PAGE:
We’ve seen what happens when an airline adopts a four-tier elite system such as US Airways’ program. For example, with United Airlines MileagePlus the lowest tier gets certain benefits, such as a free checked bag, priority security line, priority boarding, etc., but the most coveted elite benefit — upgrade opportunities — become almost non-existent to the fourth elite tier on a route with any popularity.
If US Airways executives are indeed running the show at the post-merger American Airlines, then AAdvantage’s well-regarded reputation could be at risk as lower tiers of frequent flyers could find that upgrades become an impossible dream.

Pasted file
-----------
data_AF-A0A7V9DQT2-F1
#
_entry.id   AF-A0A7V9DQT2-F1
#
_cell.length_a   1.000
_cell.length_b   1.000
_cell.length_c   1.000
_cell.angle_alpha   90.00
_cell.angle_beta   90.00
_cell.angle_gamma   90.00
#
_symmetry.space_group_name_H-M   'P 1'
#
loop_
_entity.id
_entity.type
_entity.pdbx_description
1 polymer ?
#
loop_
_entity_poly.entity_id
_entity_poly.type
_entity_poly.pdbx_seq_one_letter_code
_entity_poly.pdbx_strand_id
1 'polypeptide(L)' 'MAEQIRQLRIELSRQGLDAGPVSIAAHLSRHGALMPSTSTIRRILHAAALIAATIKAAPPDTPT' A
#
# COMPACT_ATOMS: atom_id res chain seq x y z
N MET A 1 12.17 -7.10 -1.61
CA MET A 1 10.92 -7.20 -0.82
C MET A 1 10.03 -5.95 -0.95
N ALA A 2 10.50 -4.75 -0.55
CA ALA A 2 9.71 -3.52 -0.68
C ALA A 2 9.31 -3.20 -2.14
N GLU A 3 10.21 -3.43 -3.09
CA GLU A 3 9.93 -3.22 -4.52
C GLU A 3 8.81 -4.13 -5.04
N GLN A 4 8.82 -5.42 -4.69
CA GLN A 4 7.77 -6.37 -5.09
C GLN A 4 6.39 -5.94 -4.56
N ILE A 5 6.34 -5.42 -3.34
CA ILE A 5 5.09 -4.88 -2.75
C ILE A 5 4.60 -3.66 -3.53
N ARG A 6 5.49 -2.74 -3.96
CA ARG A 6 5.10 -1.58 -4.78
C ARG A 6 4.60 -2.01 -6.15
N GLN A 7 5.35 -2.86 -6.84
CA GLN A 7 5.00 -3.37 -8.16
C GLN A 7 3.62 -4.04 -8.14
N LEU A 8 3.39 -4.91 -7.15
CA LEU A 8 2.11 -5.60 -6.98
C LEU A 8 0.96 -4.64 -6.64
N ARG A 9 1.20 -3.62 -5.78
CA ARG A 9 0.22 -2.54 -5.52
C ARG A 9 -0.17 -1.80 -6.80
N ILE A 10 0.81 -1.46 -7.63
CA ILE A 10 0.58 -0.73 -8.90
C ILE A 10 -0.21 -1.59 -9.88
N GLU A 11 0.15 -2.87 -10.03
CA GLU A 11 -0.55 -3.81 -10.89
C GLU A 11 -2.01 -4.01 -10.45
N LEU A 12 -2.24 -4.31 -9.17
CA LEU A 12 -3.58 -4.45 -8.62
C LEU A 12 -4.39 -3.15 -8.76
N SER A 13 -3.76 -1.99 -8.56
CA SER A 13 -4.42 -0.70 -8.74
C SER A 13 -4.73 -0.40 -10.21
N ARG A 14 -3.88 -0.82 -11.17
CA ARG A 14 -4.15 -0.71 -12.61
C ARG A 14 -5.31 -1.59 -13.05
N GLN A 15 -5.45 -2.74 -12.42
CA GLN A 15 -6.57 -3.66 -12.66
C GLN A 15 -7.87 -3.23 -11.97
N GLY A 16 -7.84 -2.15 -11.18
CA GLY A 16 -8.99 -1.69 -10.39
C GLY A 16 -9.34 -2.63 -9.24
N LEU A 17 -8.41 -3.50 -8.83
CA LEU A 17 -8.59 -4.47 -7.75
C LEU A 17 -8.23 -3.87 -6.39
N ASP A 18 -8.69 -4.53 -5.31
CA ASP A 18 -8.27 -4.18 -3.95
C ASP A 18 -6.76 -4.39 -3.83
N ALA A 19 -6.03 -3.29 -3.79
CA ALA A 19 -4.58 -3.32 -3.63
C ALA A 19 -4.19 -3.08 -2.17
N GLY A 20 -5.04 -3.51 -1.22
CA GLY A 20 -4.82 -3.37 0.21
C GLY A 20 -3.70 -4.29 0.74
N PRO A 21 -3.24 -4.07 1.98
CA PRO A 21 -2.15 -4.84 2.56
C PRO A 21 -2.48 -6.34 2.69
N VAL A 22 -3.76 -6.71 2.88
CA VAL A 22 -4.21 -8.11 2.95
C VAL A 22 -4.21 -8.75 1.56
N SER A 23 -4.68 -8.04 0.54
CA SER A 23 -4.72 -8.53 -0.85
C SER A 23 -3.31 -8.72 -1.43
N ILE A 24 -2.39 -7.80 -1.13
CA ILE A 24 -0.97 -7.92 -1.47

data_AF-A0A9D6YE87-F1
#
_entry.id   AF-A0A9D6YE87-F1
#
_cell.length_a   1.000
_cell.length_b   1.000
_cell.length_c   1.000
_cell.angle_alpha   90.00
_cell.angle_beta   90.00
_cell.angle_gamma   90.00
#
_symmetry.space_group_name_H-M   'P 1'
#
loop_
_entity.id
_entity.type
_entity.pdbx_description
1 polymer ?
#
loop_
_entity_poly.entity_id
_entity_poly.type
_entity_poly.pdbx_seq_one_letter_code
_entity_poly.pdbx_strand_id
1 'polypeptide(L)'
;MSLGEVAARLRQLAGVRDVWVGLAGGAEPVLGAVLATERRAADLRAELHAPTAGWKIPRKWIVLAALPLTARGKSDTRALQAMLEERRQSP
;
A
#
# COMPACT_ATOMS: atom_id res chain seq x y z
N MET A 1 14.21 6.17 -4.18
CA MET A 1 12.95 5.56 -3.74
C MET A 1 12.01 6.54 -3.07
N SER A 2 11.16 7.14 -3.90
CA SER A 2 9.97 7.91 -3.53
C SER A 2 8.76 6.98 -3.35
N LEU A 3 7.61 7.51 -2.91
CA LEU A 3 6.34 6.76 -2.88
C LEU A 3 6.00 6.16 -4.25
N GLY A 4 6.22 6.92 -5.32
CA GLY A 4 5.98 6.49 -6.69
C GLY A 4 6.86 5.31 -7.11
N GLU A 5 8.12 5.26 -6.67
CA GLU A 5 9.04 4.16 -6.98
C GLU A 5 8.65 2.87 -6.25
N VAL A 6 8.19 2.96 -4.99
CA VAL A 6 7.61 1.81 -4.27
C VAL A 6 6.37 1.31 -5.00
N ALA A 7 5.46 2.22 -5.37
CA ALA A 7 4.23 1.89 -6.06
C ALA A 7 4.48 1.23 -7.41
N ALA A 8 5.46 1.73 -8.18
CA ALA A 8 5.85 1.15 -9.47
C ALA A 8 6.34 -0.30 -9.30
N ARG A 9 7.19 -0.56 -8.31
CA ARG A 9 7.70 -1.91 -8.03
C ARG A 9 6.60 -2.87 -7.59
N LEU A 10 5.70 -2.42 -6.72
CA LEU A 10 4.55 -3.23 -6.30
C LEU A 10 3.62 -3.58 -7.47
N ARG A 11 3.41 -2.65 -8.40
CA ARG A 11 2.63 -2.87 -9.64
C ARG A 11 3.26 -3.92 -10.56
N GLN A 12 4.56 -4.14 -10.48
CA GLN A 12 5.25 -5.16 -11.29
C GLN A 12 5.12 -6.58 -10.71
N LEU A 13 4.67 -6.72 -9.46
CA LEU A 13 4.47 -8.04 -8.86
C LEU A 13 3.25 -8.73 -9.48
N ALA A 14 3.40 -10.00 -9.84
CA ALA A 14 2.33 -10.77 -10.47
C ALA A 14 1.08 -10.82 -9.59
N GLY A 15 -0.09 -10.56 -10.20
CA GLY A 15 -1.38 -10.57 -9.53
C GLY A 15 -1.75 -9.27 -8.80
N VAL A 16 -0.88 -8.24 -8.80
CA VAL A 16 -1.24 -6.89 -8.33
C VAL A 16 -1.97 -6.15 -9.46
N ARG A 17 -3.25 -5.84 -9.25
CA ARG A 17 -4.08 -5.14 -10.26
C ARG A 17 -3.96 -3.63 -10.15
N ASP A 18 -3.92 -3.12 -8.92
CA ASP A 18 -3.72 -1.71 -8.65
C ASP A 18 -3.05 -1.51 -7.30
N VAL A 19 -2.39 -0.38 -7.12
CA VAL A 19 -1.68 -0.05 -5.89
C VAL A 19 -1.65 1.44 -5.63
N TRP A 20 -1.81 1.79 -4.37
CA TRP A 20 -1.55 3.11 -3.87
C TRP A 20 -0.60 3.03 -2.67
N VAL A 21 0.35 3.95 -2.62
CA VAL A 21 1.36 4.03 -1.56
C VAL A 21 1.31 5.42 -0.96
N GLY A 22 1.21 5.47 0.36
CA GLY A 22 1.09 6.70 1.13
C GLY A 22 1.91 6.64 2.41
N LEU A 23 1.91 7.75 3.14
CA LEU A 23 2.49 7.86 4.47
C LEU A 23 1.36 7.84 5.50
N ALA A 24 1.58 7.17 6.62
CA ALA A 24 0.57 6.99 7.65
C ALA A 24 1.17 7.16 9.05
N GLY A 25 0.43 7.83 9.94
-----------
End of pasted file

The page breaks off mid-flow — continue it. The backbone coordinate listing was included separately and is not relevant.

American Airlines Will Retire Fewer Aircraft as 737 Max Saga Drags On
Travel Managers Turn to Creative Solutions to Meet Ever-Increasing Duty of Care Obligations
Tiny Air Italy Pushes Back on Big U.S. Carriers That Say It Competes Unfairly
Travelers With Food Allergies Gain New Legal Backing From U.S. Government
American Airlines Union Dispute More Disruptive Than 737 Max Grounding